Wednesday, May 13, 2015

The New Normal

It's been a year and a half since I last wrote on this blog. And, when I last wrote on this blog, I wrote this:

In a nutshell: so what if I'll end up submitting my book 9 months after I thought I would? What's 9 months in the whole of a lifetime? Even if it's a year late, what's 12 months? Nothing. Nada.

And I'm now comforted reading those lines, because I'm still not done with any of the projects I was working on when I last blogged. The article I mentioned? Can't even remember which one I was referring to back in Jan. 2014, but I definitely didn't finish it. However, I'm working on one now that's already been accepted. This is real, baby, and it's within a few hours (and a trip to an archive) of being done. The books? They're still there, unwritten. They're closer to done now, but not *that* close. But, it's not ridiculous to think I could submit them both in the fall. Only a few years off schedule, but I feel like my priorities are not out of whack anymore. The schedule doesn't matter. It really doesn't. It means "Nothing. Nada," like I told myself a long time ago.

And what did happen during that year and a half? Husband and I weathered the roughest patch of our marriage, and we celebrated our 10th anniversary. In fact, we celebrated so well that I'm now looking at the fruits of said celebration, our long-wanted second child, a beautiful son to grow up alongside our beautiful daughter. She is about to turn ten and had given up on having a sibling, and here he is showing us that we should all keep dreams alive.

So, now I'm off to write again. In fact, I started up again a few weeks ago, and it's felt great. The difference, I think, is in approaching writing time as an opportunity rather than a burden. Having tenure helps here, I think. Yes, I could really, really use the raise that comes with promotion to full. But, even without it, I'll still have a secure job, so the writing feels less fraught than it did pre-tenure. And, though some doubt me when I say this, having a newborn helps here as well. He helps me see time as precious, in so many ways. He helps me remember that we never know what the future holds. After all, I had no idea, a year and a half ago, of what I'd literally be holding in my arms today.

Thursday, January 30, 2014

Just Watch Me

My struggle for accountability, to borrow Adrienne Rich's phrase, has led me to post two musings in a matter of minutes, after having been silent for so very long.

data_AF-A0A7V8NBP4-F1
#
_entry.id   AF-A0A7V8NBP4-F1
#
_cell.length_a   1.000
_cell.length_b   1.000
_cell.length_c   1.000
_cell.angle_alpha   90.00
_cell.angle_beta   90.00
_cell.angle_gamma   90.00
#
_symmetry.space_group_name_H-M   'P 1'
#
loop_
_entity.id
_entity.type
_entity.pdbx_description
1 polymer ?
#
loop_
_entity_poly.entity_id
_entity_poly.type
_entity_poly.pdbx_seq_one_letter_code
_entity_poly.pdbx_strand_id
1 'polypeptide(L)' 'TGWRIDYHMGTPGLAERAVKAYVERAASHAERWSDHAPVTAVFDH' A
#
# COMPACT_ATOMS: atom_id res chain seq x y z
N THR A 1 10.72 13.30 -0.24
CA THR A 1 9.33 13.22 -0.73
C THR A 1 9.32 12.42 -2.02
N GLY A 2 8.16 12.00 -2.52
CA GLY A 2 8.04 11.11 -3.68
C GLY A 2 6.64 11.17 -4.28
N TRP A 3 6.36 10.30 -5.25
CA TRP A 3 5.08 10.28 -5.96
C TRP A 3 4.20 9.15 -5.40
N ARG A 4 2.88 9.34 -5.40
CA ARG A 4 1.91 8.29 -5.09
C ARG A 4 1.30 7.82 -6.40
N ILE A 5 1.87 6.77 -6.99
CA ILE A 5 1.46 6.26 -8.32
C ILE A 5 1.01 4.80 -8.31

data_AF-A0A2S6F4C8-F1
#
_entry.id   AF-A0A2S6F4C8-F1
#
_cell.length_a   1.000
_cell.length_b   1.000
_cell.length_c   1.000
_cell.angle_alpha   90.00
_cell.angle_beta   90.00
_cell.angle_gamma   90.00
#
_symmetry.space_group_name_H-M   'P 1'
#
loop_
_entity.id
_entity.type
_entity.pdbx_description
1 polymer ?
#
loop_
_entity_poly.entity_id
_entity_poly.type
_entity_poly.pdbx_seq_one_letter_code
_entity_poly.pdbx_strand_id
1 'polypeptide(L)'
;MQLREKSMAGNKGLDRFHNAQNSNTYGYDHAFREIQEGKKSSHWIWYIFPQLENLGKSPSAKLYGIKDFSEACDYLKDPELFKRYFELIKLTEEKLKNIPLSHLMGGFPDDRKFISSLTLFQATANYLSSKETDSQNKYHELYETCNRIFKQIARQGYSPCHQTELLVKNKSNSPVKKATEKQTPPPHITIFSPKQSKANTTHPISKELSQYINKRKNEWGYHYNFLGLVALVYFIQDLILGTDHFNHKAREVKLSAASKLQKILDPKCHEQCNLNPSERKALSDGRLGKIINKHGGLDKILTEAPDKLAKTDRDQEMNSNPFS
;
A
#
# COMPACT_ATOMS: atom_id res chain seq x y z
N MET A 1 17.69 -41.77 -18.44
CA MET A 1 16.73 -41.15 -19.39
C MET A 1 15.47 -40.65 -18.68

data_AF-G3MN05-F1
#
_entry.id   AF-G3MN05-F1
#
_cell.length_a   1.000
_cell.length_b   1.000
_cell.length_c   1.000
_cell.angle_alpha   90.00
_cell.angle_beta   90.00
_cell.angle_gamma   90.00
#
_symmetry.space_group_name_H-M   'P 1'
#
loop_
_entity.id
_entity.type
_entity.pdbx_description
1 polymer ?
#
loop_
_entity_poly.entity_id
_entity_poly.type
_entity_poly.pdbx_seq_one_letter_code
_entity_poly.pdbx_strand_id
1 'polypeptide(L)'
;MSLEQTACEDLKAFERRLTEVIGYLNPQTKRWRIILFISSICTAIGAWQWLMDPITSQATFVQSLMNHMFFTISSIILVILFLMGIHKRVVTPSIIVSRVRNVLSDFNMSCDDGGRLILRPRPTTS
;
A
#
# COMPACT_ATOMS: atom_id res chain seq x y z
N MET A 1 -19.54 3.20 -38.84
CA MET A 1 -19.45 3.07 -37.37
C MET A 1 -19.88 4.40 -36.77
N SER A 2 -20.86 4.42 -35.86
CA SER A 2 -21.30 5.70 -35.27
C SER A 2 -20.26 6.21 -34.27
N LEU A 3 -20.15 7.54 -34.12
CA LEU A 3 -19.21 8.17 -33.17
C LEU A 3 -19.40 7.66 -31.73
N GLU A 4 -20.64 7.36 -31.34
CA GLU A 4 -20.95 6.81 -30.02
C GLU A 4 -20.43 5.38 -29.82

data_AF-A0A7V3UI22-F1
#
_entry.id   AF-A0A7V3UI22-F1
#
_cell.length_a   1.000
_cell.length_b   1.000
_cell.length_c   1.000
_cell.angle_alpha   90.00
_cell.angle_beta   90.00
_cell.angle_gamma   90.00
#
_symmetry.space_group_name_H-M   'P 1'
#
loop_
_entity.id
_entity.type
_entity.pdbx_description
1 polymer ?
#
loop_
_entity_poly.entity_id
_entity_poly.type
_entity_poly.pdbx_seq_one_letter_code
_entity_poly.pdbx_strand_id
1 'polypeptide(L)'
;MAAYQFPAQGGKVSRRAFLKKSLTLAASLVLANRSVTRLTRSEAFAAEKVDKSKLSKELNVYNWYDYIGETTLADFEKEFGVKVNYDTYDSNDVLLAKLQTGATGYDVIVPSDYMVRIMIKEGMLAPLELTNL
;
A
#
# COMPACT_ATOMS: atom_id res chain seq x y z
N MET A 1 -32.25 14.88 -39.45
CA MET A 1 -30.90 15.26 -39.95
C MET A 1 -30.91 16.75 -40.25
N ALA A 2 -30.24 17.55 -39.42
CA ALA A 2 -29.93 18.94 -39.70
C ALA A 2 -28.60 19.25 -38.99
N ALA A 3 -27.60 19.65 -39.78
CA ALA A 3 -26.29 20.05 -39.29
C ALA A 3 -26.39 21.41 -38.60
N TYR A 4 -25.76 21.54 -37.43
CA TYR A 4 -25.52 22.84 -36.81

Of course, I'm diluting Rich's intent here egregiously, but bear with me.

I've re-read my posts here (I think I'm the only one who looks at them, so I may as well read them more than once). And, post after post, I'm writing about my goals, my deadlines, my determination.

Initially, I was so discouraged upon tonight's re-readings. Who am I kidding? I've been saying I'll meet deadlines for years, deadlines I haven't even come close to meeting.

And then I thought to myself, huh. I may not have met those deadlines, but I've done a LOT of work. I've come close to finishing two whole books in these two years, plus another co-authored one that I haven't even mentioned here. Plus drafts of a few articles. Plus some poems. I *have* accomplished some things. I *will* finish these books, and articles, and more poems.

In a nutshell: so what if I'll end up submitting my book 9 months after I thought I would? What's 9 months in the whole of a lifetime? Even if it's a year late, what's 12 months? Nothing. Nada.

Hey, I may not have met my goals yet, but I'm not just blowing sunshine up my own arse when I say that I WILL. It will happen. Just watch me. (Yup, borrowed that line from Claire Messud. Love that book.)

Midnight Musings

Back again, once more searching for accountability.

By March 2nd/9th (depending on group members' schedules): I will submit my entire novel manuscript to my writing group and writing partners for review.

By March 23rd: I will submit my entire academic manuscript to my writing group and writing partners for review.

Every day between now and these two deadlines: I will get off my damn ass (if I'm using my stand-up desk!) or get onto it (if I'm coffee-shopping, coffee-porching, or sitting on my couch) and WRITE. If that means researching, I'm going to be doing it. If that means revising, I'm going to be doing it. If that means creating prose from scratch, I'm going to be doing it. If that means I'm up, as I am now, at 1 a.m. before a 7 a.m. class, so be it.